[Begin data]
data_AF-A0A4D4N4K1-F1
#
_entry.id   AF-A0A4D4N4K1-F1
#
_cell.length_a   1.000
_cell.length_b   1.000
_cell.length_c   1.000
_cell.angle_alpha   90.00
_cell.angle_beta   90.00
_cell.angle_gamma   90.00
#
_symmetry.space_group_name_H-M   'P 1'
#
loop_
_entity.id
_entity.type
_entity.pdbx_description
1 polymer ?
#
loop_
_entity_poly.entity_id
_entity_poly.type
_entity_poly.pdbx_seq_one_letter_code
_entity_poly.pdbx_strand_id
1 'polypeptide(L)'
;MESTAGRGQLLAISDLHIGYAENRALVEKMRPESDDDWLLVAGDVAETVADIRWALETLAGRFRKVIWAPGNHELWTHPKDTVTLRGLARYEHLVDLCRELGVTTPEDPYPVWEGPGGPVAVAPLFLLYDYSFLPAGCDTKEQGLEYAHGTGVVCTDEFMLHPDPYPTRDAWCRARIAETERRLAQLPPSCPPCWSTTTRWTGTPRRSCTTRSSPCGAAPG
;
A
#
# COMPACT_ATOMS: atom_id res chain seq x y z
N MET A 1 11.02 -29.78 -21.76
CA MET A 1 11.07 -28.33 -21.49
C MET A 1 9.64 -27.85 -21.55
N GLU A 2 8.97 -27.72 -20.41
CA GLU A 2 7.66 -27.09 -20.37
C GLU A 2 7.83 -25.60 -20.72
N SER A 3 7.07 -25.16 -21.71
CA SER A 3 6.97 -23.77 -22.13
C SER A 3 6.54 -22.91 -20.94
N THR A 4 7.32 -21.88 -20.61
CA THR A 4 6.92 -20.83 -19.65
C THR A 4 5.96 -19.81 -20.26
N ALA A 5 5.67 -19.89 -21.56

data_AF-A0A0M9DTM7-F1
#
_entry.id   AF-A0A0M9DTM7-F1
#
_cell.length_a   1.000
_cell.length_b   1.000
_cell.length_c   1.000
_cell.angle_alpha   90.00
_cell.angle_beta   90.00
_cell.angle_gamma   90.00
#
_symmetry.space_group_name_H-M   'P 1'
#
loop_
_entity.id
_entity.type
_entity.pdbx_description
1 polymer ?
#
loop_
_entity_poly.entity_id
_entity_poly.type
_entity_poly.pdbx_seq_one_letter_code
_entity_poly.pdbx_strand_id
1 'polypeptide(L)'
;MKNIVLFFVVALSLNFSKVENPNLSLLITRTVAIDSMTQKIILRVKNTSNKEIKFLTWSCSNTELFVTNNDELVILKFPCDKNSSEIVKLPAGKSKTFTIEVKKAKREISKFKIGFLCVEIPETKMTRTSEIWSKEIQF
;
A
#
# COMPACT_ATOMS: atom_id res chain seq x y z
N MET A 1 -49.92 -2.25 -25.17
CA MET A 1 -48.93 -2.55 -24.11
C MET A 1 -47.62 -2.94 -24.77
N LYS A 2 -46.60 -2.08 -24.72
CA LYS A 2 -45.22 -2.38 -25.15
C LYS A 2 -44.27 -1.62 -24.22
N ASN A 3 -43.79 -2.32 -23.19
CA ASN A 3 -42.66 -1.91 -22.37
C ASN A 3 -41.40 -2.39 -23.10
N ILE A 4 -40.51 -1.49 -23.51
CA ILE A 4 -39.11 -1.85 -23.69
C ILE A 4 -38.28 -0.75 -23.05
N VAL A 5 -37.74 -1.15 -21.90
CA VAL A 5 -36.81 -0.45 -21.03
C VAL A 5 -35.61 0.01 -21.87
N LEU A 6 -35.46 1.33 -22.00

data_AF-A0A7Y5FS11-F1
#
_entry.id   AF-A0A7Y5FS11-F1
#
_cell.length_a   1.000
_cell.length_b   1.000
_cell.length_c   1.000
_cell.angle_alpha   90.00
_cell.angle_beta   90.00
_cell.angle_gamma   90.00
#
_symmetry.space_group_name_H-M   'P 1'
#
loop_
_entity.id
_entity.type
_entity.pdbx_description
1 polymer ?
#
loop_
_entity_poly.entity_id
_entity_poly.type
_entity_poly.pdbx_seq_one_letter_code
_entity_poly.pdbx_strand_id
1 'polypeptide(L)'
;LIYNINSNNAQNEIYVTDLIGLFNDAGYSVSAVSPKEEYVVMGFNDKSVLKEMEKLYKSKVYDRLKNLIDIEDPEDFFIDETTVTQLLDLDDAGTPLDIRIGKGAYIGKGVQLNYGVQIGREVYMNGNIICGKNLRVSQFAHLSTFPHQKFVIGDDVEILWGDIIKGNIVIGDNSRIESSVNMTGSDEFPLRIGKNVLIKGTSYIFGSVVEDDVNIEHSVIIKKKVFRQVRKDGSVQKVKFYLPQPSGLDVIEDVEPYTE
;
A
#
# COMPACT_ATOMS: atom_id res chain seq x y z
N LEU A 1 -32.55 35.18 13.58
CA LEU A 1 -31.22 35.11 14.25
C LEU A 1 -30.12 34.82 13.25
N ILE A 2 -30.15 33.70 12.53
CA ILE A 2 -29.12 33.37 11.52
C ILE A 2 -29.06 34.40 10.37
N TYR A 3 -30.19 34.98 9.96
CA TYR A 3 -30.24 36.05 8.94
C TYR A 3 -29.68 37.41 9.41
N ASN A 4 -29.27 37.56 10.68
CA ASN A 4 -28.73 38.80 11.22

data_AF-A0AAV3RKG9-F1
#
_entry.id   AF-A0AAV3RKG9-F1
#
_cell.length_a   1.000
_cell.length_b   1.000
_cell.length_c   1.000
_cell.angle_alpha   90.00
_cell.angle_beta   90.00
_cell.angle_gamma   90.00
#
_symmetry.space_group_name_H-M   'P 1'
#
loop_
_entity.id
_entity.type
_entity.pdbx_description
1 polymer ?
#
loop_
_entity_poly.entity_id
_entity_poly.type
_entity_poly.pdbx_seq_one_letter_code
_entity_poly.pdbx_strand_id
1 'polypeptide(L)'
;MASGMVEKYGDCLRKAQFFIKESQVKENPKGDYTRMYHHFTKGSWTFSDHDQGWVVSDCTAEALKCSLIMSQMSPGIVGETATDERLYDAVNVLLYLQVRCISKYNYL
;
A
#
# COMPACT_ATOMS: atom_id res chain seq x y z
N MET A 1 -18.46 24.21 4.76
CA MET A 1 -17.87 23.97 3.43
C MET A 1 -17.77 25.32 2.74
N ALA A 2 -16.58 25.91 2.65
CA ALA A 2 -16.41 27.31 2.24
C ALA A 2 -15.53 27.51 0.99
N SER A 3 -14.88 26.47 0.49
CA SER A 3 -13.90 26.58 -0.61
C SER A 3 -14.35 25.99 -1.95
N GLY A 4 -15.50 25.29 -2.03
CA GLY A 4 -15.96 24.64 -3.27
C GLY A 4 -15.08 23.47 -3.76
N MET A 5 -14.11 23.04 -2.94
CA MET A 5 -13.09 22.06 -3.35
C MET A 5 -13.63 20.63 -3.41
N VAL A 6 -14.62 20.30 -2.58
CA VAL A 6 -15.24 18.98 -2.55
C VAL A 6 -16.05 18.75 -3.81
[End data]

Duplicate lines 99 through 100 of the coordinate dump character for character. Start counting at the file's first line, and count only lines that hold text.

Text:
_cell.angle_gamma   90.00
#